Why Russian and Chinese central banks will keep buying gold

Emerging markets have beefed up gold holdings, undeterred by prices near their highest levels in more than six years, as countries such as Russia and China diversify their foreign-exchange reserves—a trend that is likely to continue.
“Central bank buying is, of course, important to the supply/demand dynamic for the metal, but is much more important in terms of sentiment toward the metal,” says Brien Lundin, editor of Gold Newsletter. When central banks are “buying as heavily as they are, it provides cover and a rationale for other central banks to do the same.”
Russian central bank gold reserves stand at 2,219.2 metric tons, according to the World Gold Council, or WGC, based on the latest data available in September from sources including the International Monetary Fund. China’s holdings are at 1,936.5 metric tons.
Given the latest prices, with the most-active gold futures contract GCZ19, +0.92%  settling at $1,499.50 an ounce on Friday, and about 32,151 troy ounces in one metric ton, the value of Russia’s gold reserves is at roughly $107 billion. 
The moves are due to concerns about the outlook for currencies, including the dollar and the euro, says Mark O’Byrne, research director at GoldCore in Dublin. “While the gold tonnage demand from central banks in recent months has been significant and near records, gold remains a tiny fraction of most central banks’...foreign-exchange reserves,” he says, adding that the trend is “sustainable and indeed may accelerate.”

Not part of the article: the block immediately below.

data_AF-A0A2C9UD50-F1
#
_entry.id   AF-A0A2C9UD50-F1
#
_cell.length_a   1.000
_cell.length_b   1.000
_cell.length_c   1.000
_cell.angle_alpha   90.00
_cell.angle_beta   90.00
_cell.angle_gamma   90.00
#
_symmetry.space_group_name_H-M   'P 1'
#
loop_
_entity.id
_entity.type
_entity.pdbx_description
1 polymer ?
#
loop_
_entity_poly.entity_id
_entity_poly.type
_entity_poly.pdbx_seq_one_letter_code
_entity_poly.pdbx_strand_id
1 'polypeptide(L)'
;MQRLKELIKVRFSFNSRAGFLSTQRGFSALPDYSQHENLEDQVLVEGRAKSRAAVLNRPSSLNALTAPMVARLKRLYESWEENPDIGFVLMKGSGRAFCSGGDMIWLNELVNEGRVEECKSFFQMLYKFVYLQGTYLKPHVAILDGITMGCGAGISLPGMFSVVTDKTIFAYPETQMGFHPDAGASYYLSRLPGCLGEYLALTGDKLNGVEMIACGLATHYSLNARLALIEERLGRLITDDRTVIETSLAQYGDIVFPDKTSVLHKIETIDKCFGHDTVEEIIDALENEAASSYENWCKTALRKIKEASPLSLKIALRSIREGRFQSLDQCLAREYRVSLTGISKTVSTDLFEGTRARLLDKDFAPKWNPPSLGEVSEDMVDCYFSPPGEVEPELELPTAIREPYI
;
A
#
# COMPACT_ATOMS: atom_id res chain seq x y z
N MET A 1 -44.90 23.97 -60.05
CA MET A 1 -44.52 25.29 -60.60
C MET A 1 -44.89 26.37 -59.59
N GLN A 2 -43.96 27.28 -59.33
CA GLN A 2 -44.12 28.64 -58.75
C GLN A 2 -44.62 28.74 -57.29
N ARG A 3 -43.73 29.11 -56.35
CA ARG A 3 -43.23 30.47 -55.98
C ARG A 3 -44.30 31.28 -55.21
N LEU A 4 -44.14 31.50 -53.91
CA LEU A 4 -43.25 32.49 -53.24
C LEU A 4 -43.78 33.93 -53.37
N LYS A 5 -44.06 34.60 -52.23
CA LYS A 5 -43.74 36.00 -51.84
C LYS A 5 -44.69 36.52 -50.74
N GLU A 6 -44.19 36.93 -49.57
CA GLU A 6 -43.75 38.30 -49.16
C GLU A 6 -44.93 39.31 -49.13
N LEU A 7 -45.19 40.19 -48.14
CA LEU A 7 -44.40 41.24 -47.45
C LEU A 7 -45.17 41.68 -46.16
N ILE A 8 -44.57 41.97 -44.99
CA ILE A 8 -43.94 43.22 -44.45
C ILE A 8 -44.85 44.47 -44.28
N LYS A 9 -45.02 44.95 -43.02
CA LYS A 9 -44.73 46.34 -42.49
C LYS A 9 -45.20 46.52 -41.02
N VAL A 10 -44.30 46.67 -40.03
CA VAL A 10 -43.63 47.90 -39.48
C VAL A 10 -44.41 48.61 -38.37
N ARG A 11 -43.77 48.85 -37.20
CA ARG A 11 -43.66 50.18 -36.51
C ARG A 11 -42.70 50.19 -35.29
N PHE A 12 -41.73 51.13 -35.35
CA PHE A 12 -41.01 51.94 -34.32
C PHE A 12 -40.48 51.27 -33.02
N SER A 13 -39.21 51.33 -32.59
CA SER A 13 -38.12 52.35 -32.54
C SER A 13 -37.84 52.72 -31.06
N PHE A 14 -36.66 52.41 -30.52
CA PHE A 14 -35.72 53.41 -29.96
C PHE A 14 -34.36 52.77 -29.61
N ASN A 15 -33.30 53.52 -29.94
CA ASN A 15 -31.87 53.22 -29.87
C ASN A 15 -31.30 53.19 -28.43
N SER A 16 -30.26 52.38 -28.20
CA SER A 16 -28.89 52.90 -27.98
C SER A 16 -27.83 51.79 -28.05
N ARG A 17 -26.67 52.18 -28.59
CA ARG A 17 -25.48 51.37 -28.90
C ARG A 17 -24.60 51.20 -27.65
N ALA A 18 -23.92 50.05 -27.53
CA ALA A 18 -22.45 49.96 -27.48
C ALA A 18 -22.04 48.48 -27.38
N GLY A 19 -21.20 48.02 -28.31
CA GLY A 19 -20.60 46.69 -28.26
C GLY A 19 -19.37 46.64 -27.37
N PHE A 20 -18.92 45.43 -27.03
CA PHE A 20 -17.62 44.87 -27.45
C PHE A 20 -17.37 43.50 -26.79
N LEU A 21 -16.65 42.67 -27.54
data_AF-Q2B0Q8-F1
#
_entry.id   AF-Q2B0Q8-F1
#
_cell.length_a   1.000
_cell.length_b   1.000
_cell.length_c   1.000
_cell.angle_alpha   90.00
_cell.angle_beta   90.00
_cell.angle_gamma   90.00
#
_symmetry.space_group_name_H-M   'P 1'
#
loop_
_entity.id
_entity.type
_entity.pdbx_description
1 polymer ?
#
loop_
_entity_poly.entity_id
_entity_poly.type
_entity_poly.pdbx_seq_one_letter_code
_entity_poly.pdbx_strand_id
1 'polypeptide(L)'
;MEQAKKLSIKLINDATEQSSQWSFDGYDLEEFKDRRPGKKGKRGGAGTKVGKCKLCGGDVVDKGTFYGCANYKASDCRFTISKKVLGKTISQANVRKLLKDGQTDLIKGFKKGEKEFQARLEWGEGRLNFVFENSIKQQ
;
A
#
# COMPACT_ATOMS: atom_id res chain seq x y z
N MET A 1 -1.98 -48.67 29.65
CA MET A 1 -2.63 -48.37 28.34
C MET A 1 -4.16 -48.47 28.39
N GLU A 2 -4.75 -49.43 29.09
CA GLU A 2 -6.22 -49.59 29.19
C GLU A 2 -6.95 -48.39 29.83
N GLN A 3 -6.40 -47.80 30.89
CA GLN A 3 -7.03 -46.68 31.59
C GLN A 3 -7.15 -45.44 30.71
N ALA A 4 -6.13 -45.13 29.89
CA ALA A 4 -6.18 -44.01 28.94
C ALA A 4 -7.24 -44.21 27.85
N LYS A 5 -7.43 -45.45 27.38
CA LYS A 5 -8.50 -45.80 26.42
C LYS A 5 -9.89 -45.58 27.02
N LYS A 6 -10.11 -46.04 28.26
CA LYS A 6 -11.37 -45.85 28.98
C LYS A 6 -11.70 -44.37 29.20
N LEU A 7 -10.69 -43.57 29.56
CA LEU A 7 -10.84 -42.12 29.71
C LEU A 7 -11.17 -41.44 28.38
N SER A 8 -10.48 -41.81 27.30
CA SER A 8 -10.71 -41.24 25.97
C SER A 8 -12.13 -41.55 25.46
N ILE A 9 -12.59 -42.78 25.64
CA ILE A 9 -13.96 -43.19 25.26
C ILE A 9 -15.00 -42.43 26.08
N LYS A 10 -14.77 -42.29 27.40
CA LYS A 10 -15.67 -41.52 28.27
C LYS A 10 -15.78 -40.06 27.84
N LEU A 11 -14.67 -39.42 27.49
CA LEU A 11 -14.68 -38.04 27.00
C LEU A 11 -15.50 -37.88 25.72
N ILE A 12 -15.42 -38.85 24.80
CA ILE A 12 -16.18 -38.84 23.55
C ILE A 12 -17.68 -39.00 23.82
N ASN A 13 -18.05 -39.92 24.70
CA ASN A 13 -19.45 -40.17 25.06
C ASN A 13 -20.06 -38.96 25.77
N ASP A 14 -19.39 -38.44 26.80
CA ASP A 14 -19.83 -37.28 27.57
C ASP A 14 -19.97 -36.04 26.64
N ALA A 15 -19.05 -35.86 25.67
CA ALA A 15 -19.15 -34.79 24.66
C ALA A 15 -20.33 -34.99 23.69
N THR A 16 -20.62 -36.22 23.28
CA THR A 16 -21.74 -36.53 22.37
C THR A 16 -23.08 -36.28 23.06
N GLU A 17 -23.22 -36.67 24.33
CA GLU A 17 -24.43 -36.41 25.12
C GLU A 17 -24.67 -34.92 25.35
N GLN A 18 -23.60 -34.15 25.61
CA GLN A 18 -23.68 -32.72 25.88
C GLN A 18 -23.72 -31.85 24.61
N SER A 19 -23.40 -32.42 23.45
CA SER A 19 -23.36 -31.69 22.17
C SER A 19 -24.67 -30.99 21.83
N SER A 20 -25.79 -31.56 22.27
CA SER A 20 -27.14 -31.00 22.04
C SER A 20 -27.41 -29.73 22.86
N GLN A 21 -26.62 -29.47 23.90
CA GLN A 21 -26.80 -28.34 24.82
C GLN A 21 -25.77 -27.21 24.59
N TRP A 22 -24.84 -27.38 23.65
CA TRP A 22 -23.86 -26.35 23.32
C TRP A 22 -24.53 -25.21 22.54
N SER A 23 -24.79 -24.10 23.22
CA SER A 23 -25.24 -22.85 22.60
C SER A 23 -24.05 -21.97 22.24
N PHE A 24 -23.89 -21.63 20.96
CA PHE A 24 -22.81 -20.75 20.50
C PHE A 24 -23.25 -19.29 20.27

O’Byrne added that the risk of the trade war descending into a currency war may also be feeding central bank diversification into gold.
Central banks had a record first half of the year, collectively buying 374 metric tons of gold through June, says Juan Carlos Artigas, director of investment research at the WGC. That was the highest first half of the year since central banks became net buyers in 2010. Net purchases from central banks year to date are still below those of 2018, but with the significant level of central bank purchases this year, “we will likely be above the 10-year average,” says Artigas.
“Price is not the determining factor in central bank buying—rather, [the banks] are more likely being guided to secure an allocation of a percentage of their overall foreign-exchange reserves in gold bullion,” says O’Byrne. The central bank diversification and hedging are likely to support gold at these levels and could be a driver of higher prices in the coming months, he says.
The WGC reported that gold holdings in Russia represent 19.6% of its total foreign reserves, while gold holdings are a mere 2.8% share of China’s total foreign reserves. “China and Russia are obviously intent on insulating themselves from a dollarized global economy, and gold seems to be a very important part of that strategy,” Lundin says. “While gold still represents a relatively small portion of China’s total foreign reserves...[the Chinese] seem to feel that gold will become more valuable over time, while the dollar will become less so.”The price of gold, which has climbed to six-year highs on and off since June, hasn’t hurt that appetite for the precious metal. Gold futures settled at $1,560.40 on Sept. 4, the highest finish since April 2013.